Roy differentiated between Islamism and neo-fundamentalism, the latter only seeking to create an Islamic society merely through the implementation of Shari`ah in the legal system rather than any other political or military means.

According to Roy’s classification, neo-fundamentalists—such as the Saudi-sponsored version of Islam—do not have an economic or social agenda, except through the implementation of Shari`ah

Roy also pointed out that neo-fundamentalists, unlike Islamists, do not pay attention to local issues and crises, but rather call for a new brand of supranational ideology that is more a product of modernization and globalization than of the Islamic past.

He tried to prove his point by mentioning how neo-fundamentalists translate their literature to various languages and publish them on the World Wide Web for audiences around the world rather than in one specific country. 

In summary, Roy is saying that Islamism has failed, while the apparently weaker and milder version, which is neo-fundamentalism, is meeting more success.

He proposed that even if an Islamist group is to rule over a Muslim country, it “will neither unify the Muslim world nor change the balance of power in the Middle East,” but rather succeed only in making superficial changes in customs and laws. 

Hoping this answer is helpful and informative. 

Thank you and please keep in touch. 

Walaikum Asalam.

Please continue feeding your curiosity, and find more info in the following links:

Terminological Chaos: Political Islam and Islamism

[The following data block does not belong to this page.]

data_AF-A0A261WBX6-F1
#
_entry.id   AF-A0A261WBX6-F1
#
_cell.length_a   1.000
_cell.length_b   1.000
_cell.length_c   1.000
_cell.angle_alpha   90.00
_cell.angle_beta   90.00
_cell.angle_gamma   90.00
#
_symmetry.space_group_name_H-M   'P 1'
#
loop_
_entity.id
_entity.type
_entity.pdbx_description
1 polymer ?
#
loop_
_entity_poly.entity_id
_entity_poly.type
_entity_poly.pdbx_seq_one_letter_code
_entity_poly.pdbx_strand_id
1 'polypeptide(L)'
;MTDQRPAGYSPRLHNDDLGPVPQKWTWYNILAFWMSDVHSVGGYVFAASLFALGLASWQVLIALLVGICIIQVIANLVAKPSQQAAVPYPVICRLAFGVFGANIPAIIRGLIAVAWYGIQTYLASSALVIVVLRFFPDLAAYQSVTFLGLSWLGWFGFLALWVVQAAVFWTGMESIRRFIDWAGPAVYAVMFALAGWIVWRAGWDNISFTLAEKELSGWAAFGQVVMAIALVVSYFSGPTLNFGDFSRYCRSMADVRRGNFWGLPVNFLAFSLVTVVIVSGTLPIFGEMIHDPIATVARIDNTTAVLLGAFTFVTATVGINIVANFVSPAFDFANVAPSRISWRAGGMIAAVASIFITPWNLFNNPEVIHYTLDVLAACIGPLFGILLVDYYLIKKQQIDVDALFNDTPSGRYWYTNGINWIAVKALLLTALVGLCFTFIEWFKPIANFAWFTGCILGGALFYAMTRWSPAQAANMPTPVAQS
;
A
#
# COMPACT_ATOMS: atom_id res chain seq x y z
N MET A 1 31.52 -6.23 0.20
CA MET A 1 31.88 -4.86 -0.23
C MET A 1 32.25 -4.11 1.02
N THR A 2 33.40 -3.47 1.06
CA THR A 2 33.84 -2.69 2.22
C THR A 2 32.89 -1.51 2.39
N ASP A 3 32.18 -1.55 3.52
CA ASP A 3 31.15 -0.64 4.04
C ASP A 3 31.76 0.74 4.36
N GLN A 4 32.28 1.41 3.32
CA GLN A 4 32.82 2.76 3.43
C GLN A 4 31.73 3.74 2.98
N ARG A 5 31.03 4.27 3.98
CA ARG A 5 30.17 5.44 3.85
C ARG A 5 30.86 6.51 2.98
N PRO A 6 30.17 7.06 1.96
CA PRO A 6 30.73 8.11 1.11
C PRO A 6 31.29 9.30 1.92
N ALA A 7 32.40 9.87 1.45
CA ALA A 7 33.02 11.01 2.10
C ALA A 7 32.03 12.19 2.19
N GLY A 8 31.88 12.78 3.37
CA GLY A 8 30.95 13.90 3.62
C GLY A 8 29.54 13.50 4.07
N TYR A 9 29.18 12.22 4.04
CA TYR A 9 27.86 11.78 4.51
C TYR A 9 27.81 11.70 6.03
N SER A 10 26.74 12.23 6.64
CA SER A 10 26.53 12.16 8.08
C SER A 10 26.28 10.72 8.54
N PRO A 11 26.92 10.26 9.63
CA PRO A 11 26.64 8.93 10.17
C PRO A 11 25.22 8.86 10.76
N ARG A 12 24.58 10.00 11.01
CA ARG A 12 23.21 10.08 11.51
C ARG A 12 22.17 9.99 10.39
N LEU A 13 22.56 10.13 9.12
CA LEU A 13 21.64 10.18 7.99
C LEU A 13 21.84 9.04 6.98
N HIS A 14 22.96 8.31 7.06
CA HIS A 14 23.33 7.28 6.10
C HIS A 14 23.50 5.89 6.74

Shariah: Bringing Value to Our Lives (Series)

What Is the Shariah?




About Dr. Jasser Auda

Jasser Auda is a Professor and Al-Shatibi Chair of Maqasid Studies at the International Peace College South Africa, the Executive Director of the Maqasid Institute, a global think tank based in London, and a Visiting Professor of Islamic Law at Carleton University in Canada. He is a Founding and Board Member of the International Union of Muslim Scholars, Member of the European Council for Fatwa and Research, Fellow of the Islamic Fiqh Academy of India, and General Secretary of Yaqazat Feker, a popular youth organization in Egypt. He has a PhD in the philosophy of Islamic law from University of Wales in the UK, and a PhD in systems analysis from University of Waterloo in Canada. Early in his life, he memorized the Quran and studied Fiqh, Usul and Hadith in the halaqas of Al-Azhar Mosque in Cairo. He previously worked as: Founding Director of the Maqasid Center in the Philosophy of Islamic Law in London; Founding Deputy Director of the Center for Islamic Ethics in Doha; professor at the University of Waterloo in Canada, Alexandria University in Egypt, Islamic University of Novi Pazar in Sanjaq, Qatar Faculty of Islamic Studies, and the American University of Sharjah. He lectured and trained on Islam, its law, spirituality and ethics in dozens of other universities and organizations around the world. He wrote 25 books in Arabic and English, some of which were translated to 25 languages.